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Women less willing to open joint accounts

11 June 2003
Women are more reluctant than men to open joint bank accounts, according to the latest figures from Abbey National.

The research shows that most women prefer to keep their income to themselves. Nearly half (46 per cent) of female respondents without a joint bank account would never consider getting one, while less than a third of men in the same position (31 per cent) would completely rule it out.

The study also revealed that women are more likely than men to keep an eye on their partner's spending, with 57 per cent of women with a joint bank account, compared with less than half (48 per cent) of male joint account holders, admitting that they pore over their statements to monitor their partner's outgoings.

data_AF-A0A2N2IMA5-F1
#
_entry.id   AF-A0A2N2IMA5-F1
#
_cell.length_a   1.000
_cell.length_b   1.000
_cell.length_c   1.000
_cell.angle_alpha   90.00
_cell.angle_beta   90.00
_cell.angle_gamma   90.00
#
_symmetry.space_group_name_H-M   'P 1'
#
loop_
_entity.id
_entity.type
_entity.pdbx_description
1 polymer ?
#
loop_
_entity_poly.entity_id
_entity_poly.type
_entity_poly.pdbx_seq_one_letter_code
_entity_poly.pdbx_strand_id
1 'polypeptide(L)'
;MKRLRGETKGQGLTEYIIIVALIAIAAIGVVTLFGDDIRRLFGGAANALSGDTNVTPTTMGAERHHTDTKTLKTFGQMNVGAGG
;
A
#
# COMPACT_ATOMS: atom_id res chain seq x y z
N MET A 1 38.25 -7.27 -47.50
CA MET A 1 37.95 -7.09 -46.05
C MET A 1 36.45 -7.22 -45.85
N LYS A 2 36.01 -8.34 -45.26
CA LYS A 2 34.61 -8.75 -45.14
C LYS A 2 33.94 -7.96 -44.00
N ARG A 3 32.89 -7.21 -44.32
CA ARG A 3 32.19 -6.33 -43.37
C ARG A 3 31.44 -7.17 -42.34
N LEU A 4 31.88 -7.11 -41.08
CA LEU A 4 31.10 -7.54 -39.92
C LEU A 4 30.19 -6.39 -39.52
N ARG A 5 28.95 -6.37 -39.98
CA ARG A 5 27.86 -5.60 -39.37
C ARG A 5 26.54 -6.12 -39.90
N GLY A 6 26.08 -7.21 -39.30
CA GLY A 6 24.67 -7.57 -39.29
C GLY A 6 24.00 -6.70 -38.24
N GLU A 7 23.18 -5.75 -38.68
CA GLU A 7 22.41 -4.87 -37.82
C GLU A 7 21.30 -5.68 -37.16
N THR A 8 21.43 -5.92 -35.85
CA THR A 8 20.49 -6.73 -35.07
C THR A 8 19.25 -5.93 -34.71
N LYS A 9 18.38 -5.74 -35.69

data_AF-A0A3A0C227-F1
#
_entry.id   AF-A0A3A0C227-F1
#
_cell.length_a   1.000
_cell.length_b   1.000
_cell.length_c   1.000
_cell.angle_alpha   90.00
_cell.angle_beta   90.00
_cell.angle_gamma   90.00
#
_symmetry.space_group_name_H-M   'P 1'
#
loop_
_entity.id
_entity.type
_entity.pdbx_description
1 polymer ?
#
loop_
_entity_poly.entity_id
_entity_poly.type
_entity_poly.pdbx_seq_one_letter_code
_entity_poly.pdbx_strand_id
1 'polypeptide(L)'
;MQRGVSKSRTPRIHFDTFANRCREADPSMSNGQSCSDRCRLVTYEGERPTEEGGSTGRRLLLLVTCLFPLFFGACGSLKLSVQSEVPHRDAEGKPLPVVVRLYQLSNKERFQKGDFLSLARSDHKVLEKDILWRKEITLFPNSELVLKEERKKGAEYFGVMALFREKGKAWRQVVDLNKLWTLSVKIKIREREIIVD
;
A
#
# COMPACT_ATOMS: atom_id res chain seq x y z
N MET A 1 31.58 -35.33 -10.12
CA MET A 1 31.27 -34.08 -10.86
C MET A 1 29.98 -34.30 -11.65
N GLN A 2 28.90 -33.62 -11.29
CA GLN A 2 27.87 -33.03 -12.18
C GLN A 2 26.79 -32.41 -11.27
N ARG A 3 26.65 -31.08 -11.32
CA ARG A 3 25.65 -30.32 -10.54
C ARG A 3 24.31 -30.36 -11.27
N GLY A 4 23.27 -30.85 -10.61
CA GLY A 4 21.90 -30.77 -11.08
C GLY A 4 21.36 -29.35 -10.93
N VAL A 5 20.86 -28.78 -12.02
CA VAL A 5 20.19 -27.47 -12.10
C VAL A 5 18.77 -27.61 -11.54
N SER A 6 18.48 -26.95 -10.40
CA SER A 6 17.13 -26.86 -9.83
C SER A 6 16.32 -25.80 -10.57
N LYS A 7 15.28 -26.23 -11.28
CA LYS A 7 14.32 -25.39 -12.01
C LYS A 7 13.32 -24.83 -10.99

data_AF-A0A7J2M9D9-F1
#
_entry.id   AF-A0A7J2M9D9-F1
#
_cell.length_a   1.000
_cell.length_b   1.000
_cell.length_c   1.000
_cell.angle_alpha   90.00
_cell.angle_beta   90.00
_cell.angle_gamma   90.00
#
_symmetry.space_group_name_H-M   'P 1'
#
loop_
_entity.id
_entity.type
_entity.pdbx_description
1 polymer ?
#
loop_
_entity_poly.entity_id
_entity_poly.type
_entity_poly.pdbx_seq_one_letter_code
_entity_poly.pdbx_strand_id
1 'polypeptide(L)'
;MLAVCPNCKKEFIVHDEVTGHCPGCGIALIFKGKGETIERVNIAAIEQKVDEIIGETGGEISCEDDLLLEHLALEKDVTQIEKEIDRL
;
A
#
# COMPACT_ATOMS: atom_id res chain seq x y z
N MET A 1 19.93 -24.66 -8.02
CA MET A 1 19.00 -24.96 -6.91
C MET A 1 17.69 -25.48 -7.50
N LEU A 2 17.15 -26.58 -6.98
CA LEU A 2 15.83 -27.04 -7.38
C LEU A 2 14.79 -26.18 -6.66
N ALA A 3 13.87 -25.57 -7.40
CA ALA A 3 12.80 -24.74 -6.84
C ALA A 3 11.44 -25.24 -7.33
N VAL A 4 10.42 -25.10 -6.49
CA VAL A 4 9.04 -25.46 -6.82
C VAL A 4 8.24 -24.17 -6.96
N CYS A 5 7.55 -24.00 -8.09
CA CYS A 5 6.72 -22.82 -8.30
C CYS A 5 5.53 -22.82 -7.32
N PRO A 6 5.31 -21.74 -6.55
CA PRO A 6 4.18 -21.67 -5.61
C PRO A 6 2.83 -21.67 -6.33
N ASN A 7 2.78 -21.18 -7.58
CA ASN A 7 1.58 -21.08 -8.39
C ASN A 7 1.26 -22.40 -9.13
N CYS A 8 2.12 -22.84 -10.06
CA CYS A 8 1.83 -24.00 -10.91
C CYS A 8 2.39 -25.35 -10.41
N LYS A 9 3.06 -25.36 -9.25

Joint bank accounts are still very popular. More than two fifths (41 per cent) of the UK population shares a current account and Abbey National's research found that more than two thirds (69 per cent) of married people, nine per cent of singletons, seven per cent of people separated from their partners and two per cent of divorcees have a joint account.

Most people (64 per cent) said that they did not want a joint bank account because they like to keep their income to themselves, 25 per cent would not trust their partner to use the account sensibly, nearly three fifths (57 per cent) worry about what would happen if the relationship didn't work out and nearly half (48 per cent) think that it would lead to arguments.

Simon Chrisp, Head of Banking Marketing at Abbey National commented, 'Joint current accounts are very popular and they can be a very convenient way for people who are living together to manage their money.

'Couples may also benefit by earning more interest if they pool their resources. Having two salaries paid into an account can also help safeguard against becoming overdrawn.

'However, people are right to be cautious about getting a joint account, and as both account holders are jointly liable for any debt incurred on the account, getting a joint account shouldn't be taken lightly.'